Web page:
Here’s the final layers panel:


And here’s the final image. Not dramatically different, but the little things make all the difference.


A sense of perception

A couple of weeks ago we went to see the Apache Helicopters. I’ve always wanted to see one up close and personal. From pictures I’ve seen I’ve always had a sense of complete unbridled power! To me they represent the most naked physical form of pure power to me. That didn’t change when I saw them in person. Even more so.

We saw them in the hangers. I took some snapshots of my son checking them out. And I took a few profile shots. I pulled one of those profiles up to work on my selection/cut out skills. After I cut it out I started to play.

This is what I came up with:


This pretty effectively captures my perception of this machine.

A thought popped into my head as I was looking at this image.

I tend to wonder why people are so anti-USA. Intellectually I understand why, but I still wonder why they can’t see the good we try to do, the effort we put into building and helping. Then as I was looking at this I thought – this captures the representational vision many people have of the USA. The visual representation that pops into their head when they think of the USA.  Instead of the dove or the flag or the soldiers giving candy to kids they see this – a representation of the raw force that we wield to obtain our ends.  While I believe our ends to be positive, I suddenly perceived a sense of the fear we must engender to those who are not on our side of the gun. In this case – a very BIG gun.  Actually a LOT of very big guns. And I am very grateful that the nation that possesses such vast power tries to use it for altruistic ends. We don’t always succeed – in fact we fail quite often. But how much different it would be if the nation which possesses such vast, unbalanced power did so primarily for selfish ends.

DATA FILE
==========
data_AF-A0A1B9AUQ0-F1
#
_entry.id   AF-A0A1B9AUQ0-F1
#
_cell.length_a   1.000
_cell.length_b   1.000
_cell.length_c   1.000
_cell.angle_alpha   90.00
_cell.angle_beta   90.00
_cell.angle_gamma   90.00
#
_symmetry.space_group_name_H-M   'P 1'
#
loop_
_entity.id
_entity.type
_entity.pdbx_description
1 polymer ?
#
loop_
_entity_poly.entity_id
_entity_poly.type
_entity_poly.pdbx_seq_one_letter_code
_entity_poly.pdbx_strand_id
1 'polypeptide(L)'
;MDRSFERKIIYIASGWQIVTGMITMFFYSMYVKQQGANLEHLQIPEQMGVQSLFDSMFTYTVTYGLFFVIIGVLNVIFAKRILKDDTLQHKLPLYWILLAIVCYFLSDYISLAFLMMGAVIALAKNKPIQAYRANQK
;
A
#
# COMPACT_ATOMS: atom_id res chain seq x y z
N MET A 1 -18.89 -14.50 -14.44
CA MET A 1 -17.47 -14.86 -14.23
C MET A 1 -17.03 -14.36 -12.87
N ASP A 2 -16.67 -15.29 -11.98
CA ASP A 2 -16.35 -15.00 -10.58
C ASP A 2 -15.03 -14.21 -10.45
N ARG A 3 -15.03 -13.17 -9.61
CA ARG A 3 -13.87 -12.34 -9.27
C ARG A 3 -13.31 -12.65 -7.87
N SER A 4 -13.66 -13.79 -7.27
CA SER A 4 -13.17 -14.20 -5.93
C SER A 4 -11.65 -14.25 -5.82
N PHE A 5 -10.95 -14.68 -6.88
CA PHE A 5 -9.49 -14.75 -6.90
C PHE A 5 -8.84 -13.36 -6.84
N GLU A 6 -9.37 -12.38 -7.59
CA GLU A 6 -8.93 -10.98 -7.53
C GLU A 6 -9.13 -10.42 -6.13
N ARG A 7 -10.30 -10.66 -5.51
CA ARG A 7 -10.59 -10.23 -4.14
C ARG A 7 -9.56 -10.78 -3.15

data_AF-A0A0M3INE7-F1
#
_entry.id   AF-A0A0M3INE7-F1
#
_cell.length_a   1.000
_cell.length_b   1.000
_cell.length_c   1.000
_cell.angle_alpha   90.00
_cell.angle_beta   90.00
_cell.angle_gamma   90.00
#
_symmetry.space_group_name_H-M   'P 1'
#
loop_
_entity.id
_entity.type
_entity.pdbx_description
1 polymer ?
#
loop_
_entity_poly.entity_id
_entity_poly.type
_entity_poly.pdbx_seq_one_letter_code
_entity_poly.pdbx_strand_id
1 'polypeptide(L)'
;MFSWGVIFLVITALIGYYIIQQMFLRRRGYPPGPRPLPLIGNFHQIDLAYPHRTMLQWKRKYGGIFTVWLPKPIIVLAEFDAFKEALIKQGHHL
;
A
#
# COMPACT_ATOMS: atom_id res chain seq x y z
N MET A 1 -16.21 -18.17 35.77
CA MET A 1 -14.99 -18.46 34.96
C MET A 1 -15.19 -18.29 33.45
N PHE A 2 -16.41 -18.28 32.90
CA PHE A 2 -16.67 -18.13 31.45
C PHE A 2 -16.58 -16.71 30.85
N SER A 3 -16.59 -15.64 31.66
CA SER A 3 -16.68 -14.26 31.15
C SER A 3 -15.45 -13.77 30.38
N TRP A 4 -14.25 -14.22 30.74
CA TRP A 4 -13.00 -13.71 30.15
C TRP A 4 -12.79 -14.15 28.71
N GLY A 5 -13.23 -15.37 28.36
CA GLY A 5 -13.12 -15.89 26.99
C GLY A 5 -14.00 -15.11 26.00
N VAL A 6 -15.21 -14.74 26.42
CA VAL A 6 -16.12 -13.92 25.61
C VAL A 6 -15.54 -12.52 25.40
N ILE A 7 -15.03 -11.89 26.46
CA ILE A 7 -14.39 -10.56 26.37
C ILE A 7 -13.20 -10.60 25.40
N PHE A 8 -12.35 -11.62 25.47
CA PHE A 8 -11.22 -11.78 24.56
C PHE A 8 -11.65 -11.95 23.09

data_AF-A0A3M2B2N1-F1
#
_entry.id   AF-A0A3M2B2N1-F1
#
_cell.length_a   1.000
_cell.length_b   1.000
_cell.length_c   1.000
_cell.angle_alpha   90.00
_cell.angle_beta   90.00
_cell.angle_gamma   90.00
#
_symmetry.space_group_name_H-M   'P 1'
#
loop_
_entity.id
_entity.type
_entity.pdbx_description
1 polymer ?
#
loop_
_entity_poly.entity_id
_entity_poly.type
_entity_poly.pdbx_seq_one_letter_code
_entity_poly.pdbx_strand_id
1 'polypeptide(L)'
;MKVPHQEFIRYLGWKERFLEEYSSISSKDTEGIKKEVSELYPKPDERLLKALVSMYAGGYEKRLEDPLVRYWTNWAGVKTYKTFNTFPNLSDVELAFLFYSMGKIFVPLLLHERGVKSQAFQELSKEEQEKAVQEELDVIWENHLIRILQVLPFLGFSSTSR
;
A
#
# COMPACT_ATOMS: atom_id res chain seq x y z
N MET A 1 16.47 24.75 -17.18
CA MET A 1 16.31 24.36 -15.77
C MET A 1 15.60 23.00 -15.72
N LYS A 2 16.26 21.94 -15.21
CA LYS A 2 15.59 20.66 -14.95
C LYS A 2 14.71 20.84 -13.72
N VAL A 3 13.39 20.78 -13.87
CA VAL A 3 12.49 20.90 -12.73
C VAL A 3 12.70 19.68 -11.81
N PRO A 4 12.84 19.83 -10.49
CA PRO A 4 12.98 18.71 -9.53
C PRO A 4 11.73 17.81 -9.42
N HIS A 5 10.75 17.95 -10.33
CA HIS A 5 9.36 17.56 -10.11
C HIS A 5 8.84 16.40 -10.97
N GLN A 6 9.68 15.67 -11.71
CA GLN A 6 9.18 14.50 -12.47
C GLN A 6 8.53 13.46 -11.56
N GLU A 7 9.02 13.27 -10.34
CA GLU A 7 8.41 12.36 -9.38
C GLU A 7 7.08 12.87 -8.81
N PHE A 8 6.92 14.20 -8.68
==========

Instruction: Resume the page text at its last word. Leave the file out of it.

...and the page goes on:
Such is the power of a single image.

A couple of things from Permission to Suck

Here’s a couple of quotes from yesterday’s  ‘Permission to Suck’  post that hit home for me:

Using your instincts as a creative person means staying within yourself.

Make sure that every influence you’re connected to is filtered through your unique voice. Perhaps it’s best to keep it inside long enough to forget inspiration’s origin. Use the artifact of influence before it’s time and you’re work is a copy.

Without an original voice – without artistic instincts – you resemble a marketer. Producing what you think will sell; a trend chaser.

While copies are OK, they aren’t quality in the full sense of the word; they’re a lie as soon as you put your name on them. Influences, given time to incubate, are the nutrients of your unique voice. No matter how similar the final result, if you’re honest with yourself, don’t you instinctively know when they’re yours or a copy?

I know I do.

A Permission To Suck Manifesto law:

6. Your creativity is about your heart, not their surface. Creativity is your world view filtered through your talent. It’s your passion, experience, expertise, inspiration and your rules that drive you to create wonderful things that you’re destined to hate because they’re not good enough, and others are open to admire because they couldn’t do it.